There is a world-famous creation by the French sculptor Rodin called The Thinker. Whenever I look at it (if I have time, in person, sometimes just online), Matus Vdovjak comes to mind, as he tenaciously delves into the secrets of his vineyards and beloved wine region. The man whose questions have no answers. The winemaker for whom each of his wines is nevertheless the response to a voiced or unvoiced question, but such a response which, at the same time, bears within it all the eventuality and futility of these questions and answers, knowing that the questions posed are not perfect either, hence the answers will also quickly become obsolete.
Velka Trna map from 1780 on the wall by @PixelTaster
Have I got into a philosophical mood? That might well be the case. However, anyone who visits Matus Vdovjak and is also a little interested in Tokaj will soon realised that I am not alone in this. I think it’s the same for anyone who sits down at the table with Matus.
I caught such fish! Photo: @PixelTaster
Yet what might this first question be? For Matus, this is naturalness and ancient wine-making methods. How did they do things 500 years ago? And 1000 years ago? And 8,000 years ago? Perhaps it’s no coincidence that he bought some qvevri at the end of a joint trip to Georgia and since then he has been making an orange wine in amphora too. The next question is the stabilisation of wine. What did they use before sulphur? How can this be exchanged for something else? What for, even? For alcohol, like they also did in Tokaj for a long time? For long skin maceration like our ancestors did? Moreover, ultimately, the question is whether we are working with the right grape varieties in the right place and with the optimal cultivation method. And whether we should use oak and if yes, then what kind? New, used? Zemplén oak, or French? Finally, should we make wine true to its style or do we choose the more difficult path and we shape the style ourselves?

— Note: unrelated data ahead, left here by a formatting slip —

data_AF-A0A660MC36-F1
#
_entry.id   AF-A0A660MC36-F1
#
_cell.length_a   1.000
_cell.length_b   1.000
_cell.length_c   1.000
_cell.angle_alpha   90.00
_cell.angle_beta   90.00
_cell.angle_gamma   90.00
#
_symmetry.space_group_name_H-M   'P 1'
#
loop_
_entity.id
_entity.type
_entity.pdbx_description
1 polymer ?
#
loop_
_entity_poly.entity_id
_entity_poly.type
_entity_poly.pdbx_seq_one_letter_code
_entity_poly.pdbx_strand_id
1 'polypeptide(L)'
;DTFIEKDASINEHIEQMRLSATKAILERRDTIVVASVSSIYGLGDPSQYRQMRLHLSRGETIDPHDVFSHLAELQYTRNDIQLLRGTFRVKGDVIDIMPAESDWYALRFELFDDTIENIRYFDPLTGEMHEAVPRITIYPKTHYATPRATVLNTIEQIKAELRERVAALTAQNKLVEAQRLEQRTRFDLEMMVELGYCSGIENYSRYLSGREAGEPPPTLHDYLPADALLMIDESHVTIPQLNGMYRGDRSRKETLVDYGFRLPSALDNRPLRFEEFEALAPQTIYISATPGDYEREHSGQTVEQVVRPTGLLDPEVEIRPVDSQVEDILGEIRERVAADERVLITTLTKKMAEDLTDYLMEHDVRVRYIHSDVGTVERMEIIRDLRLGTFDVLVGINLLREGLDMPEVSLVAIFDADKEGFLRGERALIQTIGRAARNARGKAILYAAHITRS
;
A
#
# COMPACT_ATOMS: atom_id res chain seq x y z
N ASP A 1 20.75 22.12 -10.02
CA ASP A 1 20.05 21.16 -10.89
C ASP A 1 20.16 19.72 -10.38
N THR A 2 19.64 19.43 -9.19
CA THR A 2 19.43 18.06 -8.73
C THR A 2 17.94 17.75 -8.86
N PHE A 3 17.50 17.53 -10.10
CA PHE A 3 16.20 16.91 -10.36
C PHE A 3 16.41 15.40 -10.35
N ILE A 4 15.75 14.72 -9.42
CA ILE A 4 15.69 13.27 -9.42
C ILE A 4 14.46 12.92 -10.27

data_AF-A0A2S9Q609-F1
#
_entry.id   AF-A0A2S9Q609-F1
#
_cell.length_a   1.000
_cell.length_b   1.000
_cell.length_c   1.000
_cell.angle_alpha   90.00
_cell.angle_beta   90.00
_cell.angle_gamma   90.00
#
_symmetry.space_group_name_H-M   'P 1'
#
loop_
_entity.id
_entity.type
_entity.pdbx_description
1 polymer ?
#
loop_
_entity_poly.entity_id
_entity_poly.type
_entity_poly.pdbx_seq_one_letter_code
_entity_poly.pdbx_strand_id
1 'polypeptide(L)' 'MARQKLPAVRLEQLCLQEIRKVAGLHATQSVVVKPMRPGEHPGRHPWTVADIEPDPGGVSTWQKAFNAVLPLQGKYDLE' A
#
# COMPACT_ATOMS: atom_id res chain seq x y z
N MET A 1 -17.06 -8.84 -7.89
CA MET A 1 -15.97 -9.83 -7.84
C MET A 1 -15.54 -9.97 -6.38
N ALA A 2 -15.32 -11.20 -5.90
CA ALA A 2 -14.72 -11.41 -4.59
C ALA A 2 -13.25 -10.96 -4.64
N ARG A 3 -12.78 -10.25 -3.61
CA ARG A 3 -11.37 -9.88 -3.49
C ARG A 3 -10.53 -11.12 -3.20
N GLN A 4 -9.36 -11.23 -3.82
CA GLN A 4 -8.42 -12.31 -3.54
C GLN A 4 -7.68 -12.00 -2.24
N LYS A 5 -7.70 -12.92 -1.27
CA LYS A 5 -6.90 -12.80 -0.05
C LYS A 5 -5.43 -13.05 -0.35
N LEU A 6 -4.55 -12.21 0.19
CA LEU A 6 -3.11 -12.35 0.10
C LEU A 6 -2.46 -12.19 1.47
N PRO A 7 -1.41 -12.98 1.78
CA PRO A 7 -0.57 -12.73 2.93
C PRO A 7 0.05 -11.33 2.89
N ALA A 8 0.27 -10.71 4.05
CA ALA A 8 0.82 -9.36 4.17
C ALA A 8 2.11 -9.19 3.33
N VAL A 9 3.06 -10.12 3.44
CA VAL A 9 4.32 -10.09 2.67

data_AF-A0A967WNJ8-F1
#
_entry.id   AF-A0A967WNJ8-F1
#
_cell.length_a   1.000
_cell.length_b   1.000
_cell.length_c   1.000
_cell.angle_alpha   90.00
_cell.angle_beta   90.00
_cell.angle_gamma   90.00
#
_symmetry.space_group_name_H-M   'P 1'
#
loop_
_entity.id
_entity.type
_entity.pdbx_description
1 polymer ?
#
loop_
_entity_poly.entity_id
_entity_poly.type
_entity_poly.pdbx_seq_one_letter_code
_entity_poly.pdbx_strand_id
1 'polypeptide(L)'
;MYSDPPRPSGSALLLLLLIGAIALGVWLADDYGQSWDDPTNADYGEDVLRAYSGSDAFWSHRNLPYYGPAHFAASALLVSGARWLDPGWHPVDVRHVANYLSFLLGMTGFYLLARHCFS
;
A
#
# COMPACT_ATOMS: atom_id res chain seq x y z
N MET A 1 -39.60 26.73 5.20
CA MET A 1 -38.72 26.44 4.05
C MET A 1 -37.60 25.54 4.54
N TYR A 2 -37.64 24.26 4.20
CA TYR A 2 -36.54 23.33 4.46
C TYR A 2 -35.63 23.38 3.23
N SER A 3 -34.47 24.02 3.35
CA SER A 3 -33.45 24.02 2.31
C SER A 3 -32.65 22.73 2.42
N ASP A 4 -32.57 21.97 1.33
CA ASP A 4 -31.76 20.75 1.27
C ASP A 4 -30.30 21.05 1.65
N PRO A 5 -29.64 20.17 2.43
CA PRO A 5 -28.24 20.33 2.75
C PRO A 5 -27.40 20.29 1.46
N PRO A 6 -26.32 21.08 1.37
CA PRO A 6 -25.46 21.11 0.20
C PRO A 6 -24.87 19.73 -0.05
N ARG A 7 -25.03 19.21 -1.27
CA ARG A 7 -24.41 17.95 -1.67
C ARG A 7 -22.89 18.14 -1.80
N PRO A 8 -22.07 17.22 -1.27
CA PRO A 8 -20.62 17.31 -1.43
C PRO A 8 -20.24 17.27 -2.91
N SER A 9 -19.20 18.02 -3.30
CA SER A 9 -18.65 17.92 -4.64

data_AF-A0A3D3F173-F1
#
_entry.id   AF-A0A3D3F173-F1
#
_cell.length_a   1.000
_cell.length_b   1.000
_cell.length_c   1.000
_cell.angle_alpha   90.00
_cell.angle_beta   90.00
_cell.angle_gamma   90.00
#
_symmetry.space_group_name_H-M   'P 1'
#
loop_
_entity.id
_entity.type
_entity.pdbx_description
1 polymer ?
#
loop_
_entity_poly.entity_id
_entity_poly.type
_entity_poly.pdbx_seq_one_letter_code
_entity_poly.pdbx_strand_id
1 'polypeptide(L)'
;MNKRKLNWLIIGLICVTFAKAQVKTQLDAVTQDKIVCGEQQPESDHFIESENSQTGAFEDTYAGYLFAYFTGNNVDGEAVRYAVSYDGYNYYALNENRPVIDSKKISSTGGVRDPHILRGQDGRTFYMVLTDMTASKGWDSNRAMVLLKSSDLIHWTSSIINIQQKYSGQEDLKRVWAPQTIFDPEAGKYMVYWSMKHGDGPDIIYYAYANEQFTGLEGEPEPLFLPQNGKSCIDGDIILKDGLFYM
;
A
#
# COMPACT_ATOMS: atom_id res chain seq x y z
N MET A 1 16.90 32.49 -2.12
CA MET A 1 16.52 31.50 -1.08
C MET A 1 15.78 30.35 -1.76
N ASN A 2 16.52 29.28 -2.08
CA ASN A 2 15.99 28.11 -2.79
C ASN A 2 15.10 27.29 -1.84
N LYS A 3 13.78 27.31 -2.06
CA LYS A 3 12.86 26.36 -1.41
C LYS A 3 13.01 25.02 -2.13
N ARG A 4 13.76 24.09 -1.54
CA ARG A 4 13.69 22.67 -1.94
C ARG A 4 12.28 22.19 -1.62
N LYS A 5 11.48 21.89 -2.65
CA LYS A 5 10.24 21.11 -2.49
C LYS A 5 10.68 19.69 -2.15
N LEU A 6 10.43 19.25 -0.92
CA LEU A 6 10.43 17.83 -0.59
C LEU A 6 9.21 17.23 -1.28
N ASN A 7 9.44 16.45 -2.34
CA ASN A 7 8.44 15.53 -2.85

“I’d need to be here for another 250 years to understand everything,”
says Matus and my heart aches as I truly understand and feel what he’s talking about.
Let's taste by @PixelTaster
Precisely because of the above, it might be surprising how you can also talk about wine with him with such a different perception; although, I have discovered this an almost a universal attitude with philosophically-minded people. “Wine is made to be drunk.” This is what Matus said, and how true it is! In vain whatever intellectual exercise, in vain our thoughts dash from the southern slopes of the Caucasus through Anatolia to the Phoenician shores, from here with gentle winds to France, right along the path of Muscat and clay to the wooden barrel, if the wine is not drained from the glass.
View from the vineyard by @PixelTaster
Certainly, however, there is something to drain, he releases around 10,000 bottles per year, of course, at a winery as close to nature as Matus Vdovjak’s, it’s highly dependent on the vintage, especially if you consider that he is making wine in the northernmost area of Tokaj in the world! There is no more northerly vineyard in the wine region than his 1ha in the Berecky vineyard, so the winemaker most definitely doesn’t have to worry about acidity. In addition, he has land in the Fazekaš and Čierna hora vineyards, making the total size of the estate 4ha.
Love! Photo: @PixelTaster
If the above has given you an irresistible desire to visit Matus, I have good news for you: the winery also provides accommodation, true only a few rooms, but this gives you the opportunity to not only buy his wines but also to sit down at the table and taste with him. It will be an amazing experience, believe me!
“I have all the wines I’ve ever tasted in my head, as a memory,”
Matus once said to me. And it’s the same with me, all the good wine, beautiful paintings, exciting glances, all the vibrant expressions from my favourite novels, all the poems that have bored their way under my skin, all the good food and intimate moments. Many of these are connected with Matus Vdovjak. Thank you Matus.
If you are interested in our tasting notes, click here.